REVEALED: £1m revamp of Preston's Harris Quarter to attract more visitors to the city
Preston’s Harris Quarter is set to become the home of a rolling programme of pop-up events and activities designed to tempt people into the city centre.
The museum and markets area will stage the attractions - which could include outdoor cinema screenings, a street food hub and cultural projects.
Digital projectors are also likely to form part of the plans, designed both to be incorporated into specific events and to enhance the wider location.
Several of the projects had formed part of Preston City Council’s bid for £25m from the government’s Towns Fund, which was submitted in July and is still under consideration.
However, the city has now been handed £1m upfront to kickstart individual schemes. The cash will be in addition to any sum that is subsequently granted as part of the overall bid.
A meeting of the authority’s cabinet heard that a long-list of potential investments has been drawn up, which will be whittled down over the next six weeks. All of the proposals are intended to “re-establish the city centre as a safe destination of choice”, according to cabinet papers.
A condition of the government grant is that the money must be spent by the end of the current financial year, which means that the necessary works should be completed by next spring.
A report presented to cabinet members reveals that the proposed projects are being designed both with the current coronavirus restrictions in mind – and with an eye to Preston’s post-Covid future.
So while the markets canopy has been identified as a “naturally-ventilated” space for eating and drinking during these socially-distanced times, there is also a proposal for street games, perhaps at a time when the city’s visitors can once again mingle more naturally.
“It’s very difficult to get investment in the current climate and I’m looking forward to getting the project started,” said city council leader Matthew Brown.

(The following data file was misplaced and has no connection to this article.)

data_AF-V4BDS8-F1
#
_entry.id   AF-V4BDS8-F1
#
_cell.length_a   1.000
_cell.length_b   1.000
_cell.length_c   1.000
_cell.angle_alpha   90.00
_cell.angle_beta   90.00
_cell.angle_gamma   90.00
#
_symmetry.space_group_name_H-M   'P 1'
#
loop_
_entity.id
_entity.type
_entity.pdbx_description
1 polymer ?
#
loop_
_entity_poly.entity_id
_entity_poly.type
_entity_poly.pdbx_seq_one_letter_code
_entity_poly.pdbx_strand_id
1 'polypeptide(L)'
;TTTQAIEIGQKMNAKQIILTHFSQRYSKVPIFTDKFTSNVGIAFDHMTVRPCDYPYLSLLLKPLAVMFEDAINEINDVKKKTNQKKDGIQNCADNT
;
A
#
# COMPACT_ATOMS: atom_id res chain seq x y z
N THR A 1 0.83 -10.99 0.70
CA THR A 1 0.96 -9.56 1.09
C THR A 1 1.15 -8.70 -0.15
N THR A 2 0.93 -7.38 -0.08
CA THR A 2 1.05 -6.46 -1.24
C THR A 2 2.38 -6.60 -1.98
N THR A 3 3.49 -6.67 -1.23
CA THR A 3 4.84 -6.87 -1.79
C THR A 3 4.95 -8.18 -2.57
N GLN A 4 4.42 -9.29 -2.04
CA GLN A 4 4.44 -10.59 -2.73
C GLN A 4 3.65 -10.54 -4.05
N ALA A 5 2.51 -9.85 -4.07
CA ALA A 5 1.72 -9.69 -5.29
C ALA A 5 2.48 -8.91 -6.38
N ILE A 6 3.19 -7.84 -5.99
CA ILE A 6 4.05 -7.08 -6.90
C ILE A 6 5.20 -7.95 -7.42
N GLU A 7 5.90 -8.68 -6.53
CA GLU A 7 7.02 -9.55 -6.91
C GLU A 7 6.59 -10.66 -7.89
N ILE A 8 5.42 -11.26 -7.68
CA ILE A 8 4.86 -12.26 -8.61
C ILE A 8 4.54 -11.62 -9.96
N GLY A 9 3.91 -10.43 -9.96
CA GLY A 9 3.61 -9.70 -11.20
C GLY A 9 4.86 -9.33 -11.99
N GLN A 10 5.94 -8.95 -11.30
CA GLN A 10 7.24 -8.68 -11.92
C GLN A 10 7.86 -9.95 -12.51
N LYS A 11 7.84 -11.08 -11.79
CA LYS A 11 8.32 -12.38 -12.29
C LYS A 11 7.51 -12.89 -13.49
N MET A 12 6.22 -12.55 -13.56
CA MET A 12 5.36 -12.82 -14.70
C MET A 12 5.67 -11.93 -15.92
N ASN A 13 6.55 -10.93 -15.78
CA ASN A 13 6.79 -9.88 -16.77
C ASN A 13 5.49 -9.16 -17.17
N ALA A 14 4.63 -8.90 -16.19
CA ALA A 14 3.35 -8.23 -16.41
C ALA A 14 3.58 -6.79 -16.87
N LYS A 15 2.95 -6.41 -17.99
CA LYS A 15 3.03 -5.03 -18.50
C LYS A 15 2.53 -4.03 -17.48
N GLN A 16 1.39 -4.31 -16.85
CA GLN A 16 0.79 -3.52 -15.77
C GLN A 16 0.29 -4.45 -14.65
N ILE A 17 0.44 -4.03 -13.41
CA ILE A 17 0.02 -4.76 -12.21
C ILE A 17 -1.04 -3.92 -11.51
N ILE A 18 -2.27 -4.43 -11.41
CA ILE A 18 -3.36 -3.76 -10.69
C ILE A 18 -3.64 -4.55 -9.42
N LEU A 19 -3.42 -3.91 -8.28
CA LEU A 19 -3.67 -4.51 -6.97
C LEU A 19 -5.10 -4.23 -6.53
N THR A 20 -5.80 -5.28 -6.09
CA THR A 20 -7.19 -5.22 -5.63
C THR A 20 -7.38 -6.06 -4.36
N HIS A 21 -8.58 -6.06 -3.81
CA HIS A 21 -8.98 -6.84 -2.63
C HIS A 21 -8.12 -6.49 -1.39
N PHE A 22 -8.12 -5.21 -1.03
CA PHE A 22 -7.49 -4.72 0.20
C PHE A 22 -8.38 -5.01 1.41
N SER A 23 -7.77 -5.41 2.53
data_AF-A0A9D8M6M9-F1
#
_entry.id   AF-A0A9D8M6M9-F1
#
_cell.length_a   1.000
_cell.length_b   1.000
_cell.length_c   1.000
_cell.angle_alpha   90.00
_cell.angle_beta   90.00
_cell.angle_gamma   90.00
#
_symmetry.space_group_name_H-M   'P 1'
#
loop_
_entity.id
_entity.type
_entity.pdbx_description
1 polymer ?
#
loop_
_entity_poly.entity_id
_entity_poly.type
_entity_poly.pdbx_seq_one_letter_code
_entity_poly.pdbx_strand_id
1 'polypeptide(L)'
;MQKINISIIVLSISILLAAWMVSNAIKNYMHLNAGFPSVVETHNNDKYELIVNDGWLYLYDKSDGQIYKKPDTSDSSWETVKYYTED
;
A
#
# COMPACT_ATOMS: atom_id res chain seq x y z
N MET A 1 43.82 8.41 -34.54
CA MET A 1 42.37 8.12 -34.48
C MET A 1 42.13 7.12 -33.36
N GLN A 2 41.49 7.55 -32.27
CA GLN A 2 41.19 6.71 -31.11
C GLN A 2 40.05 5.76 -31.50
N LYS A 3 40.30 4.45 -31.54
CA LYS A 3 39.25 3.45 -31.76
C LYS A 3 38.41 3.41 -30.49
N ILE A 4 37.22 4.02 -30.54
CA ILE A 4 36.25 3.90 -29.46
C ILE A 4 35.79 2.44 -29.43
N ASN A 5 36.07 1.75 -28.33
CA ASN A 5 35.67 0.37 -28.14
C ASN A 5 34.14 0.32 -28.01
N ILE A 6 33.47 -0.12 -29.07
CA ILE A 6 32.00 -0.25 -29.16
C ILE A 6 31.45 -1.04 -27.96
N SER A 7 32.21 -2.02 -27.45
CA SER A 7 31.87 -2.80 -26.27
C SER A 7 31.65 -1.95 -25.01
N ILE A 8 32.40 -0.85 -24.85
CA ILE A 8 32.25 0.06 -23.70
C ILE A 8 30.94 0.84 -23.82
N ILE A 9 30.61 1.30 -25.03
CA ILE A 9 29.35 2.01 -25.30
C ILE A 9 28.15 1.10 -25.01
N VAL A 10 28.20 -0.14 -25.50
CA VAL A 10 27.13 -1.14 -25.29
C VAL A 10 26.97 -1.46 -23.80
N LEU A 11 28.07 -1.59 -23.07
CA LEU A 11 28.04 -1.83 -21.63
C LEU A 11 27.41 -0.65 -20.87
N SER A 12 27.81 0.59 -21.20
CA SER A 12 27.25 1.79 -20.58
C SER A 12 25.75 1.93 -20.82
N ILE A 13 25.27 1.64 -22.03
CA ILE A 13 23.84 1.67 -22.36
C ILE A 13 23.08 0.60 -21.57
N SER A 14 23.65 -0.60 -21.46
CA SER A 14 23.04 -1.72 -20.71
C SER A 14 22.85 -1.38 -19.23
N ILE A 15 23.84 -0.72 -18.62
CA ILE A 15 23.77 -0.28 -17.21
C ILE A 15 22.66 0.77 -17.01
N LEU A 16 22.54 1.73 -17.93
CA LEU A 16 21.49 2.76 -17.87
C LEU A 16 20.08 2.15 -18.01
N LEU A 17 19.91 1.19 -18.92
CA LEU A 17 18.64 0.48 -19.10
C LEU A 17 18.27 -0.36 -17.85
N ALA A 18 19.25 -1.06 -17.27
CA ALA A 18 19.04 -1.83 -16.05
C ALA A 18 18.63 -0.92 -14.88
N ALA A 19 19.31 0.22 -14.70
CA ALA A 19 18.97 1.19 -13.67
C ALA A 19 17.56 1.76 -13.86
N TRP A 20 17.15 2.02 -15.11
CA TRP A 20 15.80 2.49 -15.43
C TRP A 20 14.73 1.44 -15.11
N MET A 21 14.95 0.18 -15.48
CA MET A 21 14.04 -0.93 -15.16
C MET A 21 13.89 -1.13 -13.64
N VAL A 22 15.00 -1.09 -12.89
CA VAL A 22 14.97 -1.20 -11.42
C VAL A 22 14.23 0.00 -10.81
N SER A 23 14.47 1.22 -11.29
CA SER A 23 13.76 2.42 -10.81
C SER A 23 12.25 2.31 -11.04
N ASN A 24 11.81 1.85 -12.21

“Obviously, our main priority at the moment is supporting communities through Covid, but we have got to think about what’s to come after Covid.
“It’s about trying to make a really welcoming environment for people to come.”
Some of the projects would be more long-term, offering a permanent upgrade to the public realm – but the main focus of the scheme appears to be to provide an ever-changing carousel of attractions to enthral locals and visitors alike.
Cabinet member for culture Peter Kelly predicted that Preston’s creative community will “really jump on board and be enthusiastic about how we use [this area]”.
He added: “It an excellent opportunity to explore the area around the market...in this time of not being able to deliver a number of events due to Covid-19 restrictions.”
However, chief executive Adrian Phillips warned that the authority is “[up] against it timewise” if it is to deliver the project within the government’s tight timeframe.
In order to meet the completion deadline of the end of March 2021, the council has agreed to appoint a third party as project and development managers.
Following the cabinet decision, Maple Grove Developments (MPG) is set to procure and deliver most aspects of the Animate scheme, for a fee of 7.5 percent of the grant - £75,000.